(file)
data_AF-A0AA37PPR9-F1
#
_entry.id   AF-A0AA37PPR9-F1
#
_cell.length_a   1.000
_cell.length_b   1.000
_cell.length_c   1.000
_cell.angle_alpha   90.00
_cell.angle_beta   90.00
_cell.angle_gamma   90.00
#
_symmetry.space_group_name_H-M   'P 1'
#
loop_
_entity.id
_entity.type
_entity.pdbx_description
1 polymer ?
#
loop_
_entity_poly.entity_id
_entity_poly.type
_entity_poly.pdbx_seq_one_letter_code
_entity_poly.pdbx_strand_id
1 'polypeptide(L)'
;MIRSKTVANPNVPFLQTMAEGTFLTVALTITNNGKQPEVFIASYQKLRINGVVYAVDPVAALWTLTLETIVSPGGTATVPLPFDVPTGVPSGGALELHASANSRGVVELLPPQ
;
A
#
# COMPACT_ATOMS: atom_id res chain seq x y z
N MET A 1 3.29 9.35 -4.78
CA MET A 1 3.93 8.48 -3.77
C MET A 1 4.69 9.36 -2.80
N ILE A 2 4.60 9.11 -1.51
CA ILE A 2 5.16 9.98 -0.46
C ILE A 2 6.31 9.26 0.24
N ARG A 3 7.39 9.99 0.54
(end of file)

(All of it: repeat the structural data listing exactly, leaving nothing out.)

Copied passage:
data_AF-A0AA37PPR9-F1
#
_entry.id   AF-A0AA37PPR9-F1
#
_cell.length_a   1.000
_cell.length_b   1.000
_cell.length_c   1.000
_cell.angle_alpha   90.00
_cell.angle_beta   90.00
_cell.angle_gamma   90.00
#
_symmetry.space_group_name_H-M   'P 1'
#
loop_
_entity.id
_entity.type
_entity.pdbx_description
1 polymer ?
#
loop_
_entity_poly.entity_id
_entity_poly.type
_entity_poly.pdbx_seq_one_letter_code
_entity_poly.pdbx_strand_id
1 'polypeptide(L)'
;MIRSKTVANPNVPFLQTMAEGTFLTVALTITNNGKQPEVFIASYQKLRINGVVYAVDPVAALWTLTLETIVSPGGTATVPLPFDVPTGVPSGGALELHASANSRGVVELLPPQ
;
A
#
# COMPACT_ATOMS: atom_id res chain seq x y z
N MET A 1 3.29 9.35 -4.78
CA MET A 1 3.93 8.48 -3.77
C MET A 1 4.69 9.36 -2.80
N ILE A 2 4.60 9.11 -1.51
CA ILE A 2 5.16 9.98 -0.46
C ILE A 2 6.31 9.26 0.24
N ARG A 3 7.39 9.99 0.54